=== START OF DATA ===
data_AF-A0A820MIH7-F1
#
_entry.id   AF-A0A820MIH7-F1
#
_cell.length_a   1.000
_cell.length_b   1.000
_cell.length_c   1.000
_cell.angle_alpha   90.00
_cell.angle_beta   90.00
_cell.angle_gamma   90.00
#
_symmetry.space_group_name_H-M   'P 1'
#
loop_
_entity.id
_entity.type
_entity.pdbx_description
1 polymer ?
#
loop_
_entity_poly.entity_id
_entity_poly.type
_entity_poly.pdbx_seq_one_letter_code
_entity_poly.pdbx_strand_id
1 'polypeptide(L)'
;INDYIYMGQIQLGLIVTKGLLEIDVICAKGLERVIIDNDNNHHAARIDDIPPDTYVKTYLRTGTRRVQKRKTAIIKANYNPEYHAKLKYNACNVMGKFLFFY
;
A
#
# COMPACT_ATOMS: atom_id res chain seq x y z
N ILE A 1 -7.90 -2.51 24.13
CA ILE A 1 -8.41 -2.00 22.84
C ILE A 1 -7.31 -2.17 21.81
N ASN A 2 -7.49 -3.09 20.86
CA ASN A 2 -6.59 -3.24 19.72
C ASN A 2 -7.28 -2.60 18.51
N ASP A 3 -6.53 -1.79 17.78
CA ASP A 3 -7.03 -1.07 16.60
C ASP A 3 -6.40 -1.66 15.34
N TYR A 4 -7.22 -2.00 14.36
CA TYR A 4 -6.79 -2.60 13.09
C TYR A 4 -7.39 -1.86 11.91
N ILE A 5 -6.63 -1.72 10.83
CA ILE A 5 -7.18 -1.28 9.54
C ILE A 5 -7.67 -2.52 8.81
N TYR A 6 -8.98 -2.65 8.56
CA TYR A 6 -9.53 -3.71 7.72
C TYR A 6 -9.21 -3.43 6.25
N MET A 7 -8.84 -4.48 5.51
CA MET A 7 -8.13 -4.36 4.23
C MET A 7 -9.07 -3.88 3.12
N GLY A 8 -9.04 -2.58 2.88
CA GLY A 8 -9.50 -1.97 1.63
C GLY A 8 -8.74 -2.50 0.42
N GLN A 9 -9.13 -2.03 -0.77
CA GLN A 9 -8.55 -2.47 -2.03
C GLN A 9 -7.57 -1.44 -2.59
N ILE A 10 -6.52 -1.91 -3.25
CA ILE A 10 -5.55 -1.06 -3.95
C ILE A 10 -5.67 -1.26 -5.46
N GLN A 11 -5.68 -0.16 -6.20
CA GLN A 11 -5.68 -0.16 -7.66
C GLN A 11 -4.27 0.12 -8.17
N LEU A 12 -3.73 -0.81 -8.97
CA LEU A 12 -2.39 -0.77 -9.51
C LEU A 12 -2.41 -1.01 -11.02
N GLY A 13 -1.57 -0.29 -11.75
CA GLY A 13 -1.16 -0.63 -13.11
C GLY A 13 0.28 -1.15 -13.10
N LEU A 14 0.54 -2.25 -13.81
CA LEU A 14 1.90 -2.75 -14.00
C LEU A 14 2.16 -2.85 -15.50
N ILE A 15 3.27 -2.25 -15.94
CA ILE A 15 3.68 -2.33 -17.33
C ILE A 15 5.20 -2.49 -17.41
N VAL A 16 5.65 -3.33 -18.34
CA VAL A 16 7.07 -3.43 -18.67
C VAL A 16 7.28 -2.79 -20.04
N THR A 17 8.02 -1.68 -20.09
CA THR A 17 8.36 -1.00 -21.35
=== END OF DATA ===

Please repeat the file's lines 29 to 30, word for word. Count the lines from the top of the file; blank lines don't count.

#
# COMPACT_ATOMS: atom_id res chain seq x y z